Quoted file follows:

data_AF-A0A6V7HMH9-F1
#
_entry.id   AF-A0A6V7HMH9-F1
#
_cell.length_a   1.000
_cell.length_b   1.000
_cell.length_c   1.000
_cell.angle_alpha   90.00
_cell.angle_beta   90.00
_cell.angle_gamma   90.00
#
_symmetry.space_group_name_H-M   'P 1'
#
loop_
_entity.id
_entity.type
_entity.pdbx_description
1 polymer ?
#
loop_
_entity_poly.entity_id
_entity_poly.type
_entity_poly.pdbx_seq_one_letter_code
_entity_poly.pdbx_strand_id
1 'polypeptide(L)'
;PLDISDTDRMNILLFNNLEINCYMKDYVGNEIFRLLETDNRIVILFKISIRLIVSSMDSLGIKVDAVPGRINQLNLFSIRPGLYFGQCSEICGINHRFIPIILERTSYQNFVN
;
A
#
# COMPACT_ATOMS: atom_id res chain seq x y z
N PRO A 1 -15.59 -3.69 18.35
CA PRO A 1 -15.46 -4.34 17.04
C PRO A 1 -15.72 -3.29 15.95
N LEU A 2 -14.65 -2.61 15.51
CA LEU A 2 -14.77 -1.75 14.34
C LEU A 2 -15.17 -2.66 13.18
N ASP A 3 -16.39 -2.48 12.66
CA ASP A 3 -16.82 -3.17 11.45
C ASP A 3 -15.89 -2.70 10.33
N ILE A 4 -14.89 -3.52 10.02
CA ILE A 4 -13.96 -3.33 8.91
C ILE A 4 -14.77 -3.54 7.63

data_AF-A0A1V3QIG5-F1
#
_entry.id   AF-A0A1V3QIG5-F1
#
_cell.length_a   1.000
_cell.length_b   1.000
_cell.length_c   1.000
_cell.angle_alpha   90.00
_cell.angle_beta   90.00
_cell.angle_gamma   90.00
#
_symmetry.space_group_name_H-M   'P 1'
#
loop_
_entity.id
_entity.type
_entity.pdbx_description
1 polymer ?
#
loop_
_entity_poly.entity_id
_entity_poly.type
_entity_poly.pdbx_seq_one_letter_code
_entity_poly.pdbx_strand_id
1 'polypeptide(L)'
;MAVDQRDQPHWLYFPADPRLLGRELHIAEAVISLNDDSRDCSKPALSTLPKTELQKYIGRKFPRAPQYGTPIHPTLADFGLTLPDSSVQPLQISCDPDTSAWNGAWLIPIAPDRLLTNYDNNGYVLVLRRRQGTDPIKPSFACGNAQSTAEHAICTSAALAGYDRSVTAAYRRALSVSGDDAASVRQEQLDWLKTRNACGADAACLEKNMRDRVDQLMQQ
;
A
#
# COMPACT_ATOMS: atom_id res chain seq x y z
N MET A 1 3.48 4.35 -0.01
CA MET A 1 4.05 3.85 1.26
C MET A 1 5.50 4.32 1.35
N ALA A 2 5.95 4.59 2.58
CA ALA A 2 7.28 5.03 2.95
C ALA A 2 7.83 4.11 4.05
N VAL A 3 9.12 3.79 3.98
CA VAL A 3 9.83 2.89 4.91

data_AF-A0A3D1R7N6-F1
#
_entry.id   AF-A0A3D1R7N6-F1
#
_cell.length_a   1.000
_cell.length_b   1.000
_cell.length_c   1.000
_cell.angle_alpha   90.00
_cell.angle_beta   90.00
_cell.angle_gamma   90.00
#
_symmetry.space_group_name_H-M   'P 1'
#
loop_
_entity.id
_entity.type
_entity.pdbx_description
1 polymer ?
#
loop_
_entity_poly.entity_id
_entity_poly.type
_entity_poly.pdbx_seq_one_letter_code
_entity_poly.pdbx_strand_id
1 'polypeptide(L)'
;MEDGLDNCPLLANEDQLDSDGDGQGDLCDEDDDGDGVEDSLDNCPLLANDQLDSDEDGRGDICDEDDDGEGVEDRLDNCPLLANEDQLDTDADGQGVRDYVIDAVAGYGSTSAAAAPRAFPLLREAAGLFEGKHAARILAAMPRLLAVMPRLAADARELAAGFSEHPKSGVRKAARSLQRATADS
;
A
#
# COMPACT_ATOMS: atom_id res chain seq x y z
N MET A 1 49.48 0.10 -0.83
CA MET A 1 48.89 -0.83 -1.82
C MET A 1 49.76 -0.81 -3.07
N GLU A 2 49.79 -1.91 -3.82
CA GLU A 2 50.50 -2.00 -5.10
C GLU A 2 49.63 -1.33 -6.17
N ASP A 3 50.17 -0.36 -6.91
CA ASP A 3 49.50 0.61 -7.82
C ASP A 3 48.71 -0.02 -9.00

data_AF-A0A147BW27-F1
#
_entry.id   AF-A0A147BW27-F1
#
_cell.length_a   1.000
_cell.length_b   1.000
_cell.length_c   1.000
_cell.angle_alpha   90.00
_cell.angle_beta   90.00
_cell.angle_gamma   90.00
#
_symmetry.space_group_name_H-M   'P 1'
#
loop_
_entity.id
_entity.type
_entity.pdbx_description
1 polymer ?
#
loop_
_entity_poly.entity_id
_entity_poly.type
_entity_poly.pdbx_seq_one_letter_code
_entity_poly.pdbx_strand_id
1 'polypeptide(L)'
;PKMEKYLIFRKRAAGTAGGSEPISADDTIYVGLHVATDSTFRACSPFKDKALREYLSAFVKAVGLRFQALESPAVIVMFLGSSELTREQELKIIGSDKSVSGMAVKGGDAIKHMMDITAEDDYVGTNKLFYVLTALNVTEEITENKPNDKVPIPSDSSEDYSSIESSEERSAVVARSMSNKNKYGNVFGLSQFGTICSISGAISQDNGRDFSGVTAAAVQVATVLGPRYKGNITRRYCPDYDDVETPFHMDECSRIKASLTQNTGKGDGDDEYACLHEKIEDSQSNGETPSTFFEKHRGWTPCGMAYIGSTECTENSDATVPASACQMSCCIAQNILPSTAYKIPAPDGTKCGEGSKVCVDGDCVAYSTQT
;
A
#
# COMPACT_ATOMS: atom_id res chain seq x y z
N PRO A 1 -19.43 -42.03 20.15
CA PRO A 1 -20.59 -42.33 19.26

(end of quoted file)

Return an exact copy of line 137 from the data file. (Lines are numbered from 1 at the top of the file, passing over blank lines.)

1 polymer ?